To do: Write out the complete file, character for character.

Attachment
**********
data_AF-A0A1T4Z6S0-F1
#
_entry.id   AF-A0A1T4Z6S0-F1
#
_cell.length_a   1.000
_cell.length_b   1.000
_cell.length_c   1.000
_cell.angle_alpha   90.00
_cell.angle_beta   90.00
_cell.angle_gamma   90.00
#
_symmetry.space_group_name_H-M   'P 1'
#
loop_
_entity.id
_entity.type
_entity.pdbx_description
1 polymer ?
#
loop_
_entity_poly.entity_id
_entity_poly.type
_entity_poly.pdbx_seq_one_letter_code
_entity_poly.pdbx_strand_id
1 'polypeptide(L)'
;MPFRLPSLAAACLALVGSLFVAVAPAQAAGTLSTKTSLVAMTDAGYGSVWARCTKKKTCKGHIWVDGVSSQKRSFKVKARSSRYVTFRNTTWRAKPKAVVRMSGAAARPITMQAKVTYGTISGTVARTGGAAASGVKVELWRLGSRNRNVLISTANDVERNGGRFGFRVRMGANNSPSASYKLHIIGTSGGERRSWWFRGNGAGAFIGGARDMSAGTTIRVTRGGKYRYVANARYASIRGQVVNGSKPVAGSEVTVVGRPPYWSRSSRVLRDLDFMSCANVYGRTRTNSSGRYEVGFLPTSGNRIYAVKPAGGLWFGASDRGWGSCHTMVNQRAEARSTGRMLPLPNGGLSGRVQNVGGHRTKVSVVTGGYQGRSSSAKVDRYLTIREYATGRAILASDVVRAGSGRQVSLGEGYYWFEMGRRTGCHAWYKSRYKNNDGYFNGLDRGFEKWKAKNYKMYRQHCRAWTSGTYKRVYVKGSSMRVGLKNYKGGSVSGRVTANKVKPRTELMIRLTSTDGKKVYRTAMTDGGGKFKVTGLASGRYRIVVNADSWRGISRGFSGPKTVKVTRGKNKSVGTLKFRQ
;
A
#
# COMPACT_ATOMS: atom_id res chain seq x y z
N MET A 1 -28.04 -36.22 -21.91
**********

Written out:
data_AF-A0A1T4Z6S0-F1
#
_entry.id   AF-A0A1T4Z6S0-F1
#
_cell.length_a   1.000
_cell.length_b   1.000
_cell.length_c   1.000
_cell.angle_alpha   90.00
_cell.angle_beta   90.00
_cell.angle_gamma   90.00
#
_symmetry.space_group_name_H-M   'P 1'
#
loop_
_entity.id
_entity.type
_entity.pdbx_description
1 polymer ?
#
loop_
_entity_poly.entity_id
_entity_poly.type
_entity_poly.pdbx_seq_one_letter_code
_entity_poly.pdbx_strand_id
1 'polypeptide(L)'
;MPFRLPSLAAACLALVGSLFVAVAPAQAAGTLSTKTSLVAMTDAGYGSVWARCTKKKTCKGHIWVDGVSSQKRSFKVKARSSRYVTFRNTTWRAKPKAVVRMSGAAARPITMQAKVTYGTISGTVARTGGAAASGVKVELWRLGSRNRNVLISTANDVERNGGRFGFRVRMGANNSPSASYKLHIIGTSGGERRSWWFRGNGAGAFIGGARDMSAGTTIRVTRGGKYRYVANARYASIRGQVVNGSKPVAGSEVTVVGRPPYWSRSSRVLRDLDFMSCANVYGRTRTNSSGRYEVGFLPTSGNRIYAVKPAGGLWFGASDRGWGSCHTMVNQRAEARSTGRMLPLPNGGLSGRVQNVGGHRTKVSVVTGGYQGRSSSAKVDRYLTIREYATGRAILASDVVRAGSGRQVSLGEGYYWFEMGRRTGCHAWYKSRYKNNDGYFNGLDRGFEKWKAKNYKMYRQHCRAWTSGTYKRVYVKGSSMRVGLKNYKGGSVSGRVTANKVKPRTELMIRLTSTDGKKVYRTAMTDGGGKFKVTGLASGRYRIVVNADSWRGISRGFSGPKTVKVTRGKNKSVGTLKFRQ
;
A
#
# COMPACT_ATOMS: atom_id res chain seq x y z
N MET A 1 -28.04 -36.22 -21.91